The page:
And even longer ago than that, before the ancient sea, there were volcanoes. The volcanoes erupted, and then the molten rock cooled and hardened and plates beneath the surface of the earth collided and pushed up mountains, but by the time she finished her next sentence those mountains had already eroded, they weren’t mountains anymore but a low region of exposed bedrock she called the Canadian Shield. I liked picturing the volcanoes and the mountains and then a big shield like the one a knight might carry into battle, but the millions and billions of years were impossible to grasp, and so I imagined the land riding up and down like the waves in a steep storm on the sweetwater sea. This shield still bordered the northern shore of Lake Superior, she said, but around the rest of the Great Lakes that bedrock lay buried beneath sediment from the ancient ocean and debris from the glaciers that came later, that she hadn’t told us about yet, because her story was all out of order like the lakes she called HOMES. In the middle of the shield there was a circular bed of shale that eroded to form river valleys that were surrounded by escarpments of hard limestone made from the skeletons of all those dead sea creatures. Then she told us about how it got very cold, and the glaciers came, pushing down from Hudson Bay in sheets that were hundreds of miles across and a mile high and or even higher. I liked thinking about the glaciers, because I felt that I had traveled one the year I went across the lake, though I didn’t see how she could tell me there was no such thing as ghosts when according to her the very ground beneath our feet wasn’t ground at all but a bunch of dead animals and no one really knows what happens after you die, if you keep on thinking, and if you do then I guess you would be a ghost, that’s the problem with ghosts, they’re dead but they can’t stop thinking, and I thought that I would probably be that way too. As for the glaciers, they were so dense the ice was a like a bulldozer, a giant tank smashing up slate and other soft rock, pushing it along in front and to the sides until it built up walls that separated the ice into lobes that plowed through the river valleys, making them deeper and deeper, thirteen hundred feet in the basin that became Lake Superior, nine hundred feet in Michigan. When a ship went to the bottom of one of those lakes, it went a long way down.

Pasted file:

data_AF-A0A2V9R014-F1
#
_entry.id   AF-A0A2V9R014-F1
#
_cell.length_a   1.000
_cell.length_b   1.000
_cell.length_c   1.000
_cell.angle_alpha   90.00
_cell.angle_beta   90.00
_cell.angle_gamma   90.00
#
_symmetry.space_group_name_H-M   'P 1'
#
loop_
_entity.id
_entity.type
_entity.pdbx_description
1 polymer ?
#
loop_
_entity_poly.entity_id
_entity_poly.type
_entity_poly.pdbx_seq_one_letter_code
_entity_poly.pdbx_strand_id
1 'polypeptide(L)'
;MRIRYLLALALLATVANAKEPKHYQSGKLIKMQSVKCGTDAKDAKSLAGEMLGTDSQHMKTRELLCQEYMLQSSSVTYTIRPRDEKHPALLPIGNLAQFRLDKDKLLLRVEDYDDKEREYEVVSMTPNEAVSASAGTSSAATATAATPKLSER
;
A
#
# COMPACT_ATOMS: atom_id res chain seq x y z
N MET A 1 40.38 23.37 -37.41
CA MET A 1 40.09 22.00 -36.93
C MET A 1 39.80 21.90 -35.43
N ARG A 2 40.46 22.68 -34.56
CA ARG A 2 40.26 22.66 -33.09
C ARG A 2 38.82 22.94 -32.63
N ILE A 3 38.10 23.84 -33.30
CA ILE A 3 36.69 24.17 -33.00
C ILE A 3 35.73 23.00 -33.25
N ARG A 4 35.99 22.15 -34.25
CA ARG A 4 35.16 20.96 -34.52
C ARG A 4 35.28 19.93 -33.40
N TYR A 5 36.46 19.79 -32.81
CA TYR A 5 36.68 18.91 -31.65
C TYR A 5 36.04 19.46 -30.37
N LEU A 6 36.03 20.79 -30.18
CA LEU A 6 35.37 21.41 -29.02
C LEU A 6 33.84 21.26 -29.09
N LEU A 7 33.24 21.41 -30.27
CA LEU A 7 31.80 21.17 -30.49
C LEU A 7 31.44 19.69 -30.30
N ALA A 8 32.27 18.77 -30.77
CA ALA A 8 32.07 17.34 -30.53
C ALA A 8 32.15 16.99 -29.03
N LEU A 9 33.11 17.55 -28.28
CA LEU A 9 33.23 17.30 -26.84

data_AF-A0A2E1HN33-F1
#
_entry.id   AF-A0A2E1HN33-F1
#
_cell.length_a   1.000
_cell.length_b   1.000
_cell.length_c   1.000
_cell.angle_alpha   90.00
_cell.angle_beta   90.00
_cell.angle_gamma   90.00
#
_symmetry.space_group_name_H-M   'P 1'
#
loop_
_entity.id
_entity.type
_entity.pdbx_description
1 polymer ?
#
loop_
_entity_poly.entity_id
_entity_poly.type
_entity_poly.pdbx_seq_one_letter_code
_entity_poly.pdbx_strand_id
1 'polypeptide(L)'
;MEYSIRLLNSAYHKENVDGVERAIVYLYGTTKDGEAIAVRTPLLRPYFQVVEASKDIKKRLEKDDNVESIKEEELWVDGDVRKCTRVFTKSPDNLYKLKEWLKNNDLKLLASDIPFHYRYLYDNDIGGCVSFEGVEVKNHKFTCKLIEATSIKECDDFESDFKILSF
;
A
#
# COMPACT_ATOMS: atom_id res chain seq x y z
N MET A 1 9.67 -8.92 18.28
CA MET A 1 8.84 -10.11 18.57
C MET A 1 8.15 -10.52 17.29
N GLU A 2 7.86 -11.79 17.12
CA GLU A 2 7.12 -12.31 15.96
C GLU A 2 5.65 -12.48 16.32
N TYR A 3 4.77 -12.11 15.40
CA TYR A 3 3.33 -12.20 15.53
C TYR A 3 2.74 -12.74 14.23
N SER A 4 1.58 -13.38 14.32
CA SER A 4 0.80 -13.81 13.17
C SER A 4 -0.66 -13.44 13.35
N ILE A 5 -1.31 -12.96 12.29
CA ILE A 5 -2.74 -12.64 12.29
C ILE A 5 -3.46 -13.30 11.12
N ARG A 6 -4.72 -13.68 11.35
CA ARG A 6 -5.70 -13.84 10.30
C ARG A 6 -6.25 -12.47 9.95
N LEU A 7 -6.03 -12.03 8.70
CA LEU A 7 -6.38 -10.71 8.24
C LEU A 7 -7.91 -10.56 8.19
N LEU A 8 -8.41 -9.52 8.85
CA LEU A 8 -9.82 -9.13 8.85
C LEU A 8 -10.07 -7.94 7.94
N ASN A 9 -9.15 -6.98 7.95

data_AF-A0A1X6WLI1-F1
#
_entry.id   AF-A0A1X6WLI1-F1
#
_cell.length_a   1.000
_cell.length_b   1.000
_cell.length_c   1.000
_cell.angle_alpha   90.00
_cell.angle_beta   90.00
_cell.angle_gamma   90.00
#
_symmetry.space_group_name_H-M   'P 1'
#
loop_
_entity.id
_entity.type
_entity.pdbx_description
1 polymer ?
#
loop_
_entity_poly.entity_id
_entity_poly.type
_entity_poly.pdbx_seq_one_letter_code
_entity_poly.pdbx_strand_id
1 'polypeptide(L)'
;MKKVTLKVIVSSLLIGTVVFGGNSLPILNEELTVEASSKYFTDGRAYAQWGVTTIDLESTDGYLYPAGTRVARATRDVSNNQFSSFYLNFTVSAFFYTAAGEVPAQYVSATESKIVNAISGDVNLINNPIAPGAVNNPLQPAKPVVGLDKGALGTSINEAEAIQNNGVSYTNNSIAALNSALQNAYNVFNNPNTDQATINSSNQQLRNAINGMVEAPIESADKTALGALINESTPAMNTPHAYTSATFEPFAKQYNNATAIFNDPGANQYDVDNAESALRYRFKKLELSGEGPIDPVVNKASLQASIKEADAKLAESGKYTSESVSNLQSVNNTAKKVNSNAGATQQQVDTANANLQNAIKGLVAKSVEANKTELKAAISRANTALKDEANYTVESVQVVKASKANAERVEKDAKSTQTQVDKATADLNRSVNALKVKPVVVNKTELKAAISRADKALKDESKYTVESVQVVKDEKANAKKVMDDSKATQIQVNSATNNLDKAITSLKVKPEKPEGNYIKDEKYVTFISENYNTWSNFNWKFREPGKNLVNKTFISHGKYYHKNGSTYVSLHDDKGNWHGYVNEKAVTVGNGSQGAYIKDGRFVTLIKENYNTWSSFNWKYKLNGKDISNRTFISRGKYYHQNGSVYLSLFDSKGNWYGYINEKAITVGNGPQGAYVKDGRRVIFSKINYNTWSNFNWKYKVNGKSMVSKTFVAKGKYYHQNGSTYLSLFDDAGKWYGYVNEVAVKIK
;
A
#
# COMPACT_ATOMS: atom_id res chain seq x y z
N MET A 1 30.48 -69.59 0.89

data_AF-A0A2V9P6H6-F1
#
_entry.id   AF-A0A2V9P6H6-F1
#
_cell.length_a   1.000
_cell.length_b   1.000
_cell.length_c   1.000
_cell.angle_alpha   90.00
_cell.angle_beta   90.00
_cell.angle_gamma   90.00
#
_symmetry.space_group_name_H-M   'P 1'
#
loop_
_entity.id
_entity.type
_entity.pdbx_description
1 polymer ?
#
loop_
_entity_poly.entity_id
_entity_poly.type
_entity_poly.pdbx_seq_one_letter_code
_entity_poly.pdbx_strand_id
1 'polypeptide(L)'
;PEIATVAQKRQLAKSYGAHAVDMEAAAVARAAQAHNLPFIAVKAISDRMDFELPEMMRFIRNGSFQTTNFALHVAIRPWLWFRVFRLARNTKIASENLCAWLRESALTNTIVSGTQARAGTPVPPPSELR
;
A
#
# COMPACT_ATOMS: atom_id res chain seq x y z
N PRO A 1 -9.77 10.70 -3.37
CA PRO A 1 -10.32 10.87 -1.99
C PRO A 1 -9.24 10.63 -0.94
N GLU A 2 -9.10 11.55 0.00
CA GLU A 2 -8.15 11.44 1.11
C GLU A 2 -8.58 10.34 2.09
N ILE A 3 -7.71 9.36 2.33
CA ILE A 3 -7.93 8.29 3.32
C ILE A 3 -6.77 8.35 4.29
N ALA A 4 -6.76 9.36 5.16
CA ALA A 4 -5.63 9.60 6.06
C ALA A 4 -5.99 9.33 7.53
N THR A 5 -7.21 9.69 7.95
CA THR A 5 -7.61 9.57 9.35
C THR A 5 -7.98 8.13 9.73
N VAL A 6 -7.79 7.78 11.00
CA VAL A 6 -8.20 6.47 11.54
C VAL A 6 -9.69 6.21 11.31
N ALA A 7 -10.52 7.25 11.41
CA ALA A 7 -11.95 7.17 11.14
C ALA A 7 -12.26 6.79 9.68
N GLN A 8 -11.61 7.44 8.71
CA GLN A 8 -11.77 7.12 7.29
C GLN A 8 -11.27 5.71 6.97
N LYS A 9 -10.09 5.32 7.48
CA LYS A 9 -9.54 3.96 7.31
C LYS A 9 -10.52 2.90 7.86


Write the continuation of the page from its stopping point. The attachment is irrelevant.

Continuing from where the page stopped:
That was nearly two million years ago, she said, but then it warmed up again, the glaciers went away, the plants and animals came back. The way she told the story it was like a Frankfort winter, longer than anything you could imagine, but then it was summer again, and then winter, everything died, and the glaciers came back, and this happened over and over, and I didn’t see what was to prevent it from happening again, any more than the Sault locks would prevent a snow wasset from swimming from Lake Superior to Grand Traverse Bay, and so all the while she talked about the glaciers I kept looking out the window to make sure the snow and ice weren’t piled any higher than they had been that morning, but it was so cold there was no one out, I couldn’t see if there were any people or if everyone had died and the minute we left the heated brick schoolhouse we would all die too and have to wait a million years and then turn into rocks.
“Pay attention, Fern,” she said.
Finally the weight of the ice made those valleys so deep that when the glaciers melted for the last time—I took another look out the window—they filled with water and turned into our Great Lakes. But even then, she said, sometimes winter ice still blocked the water farther north, so Lake Superior found a narrow valley in the Upper Peninsula and poured into Lake Michigan through the little Whitefish River, and Lake Michigan found the Chicago River and drained into the Mississippi, all the way to the Gulf of Mexico, which worried me, because if all the water drained out of the lake what would happen to my father’s ferry? But there was more, because a mere seven to ten thousand years ago, she added, as if it were yesterday, the St. Mary’s River opened, connecting Lake Superior to Lake Huron, and it became possible to sail all five of the lakes without ever crossing land, and on up the St. Lawrence River to the Atlantic Ocean.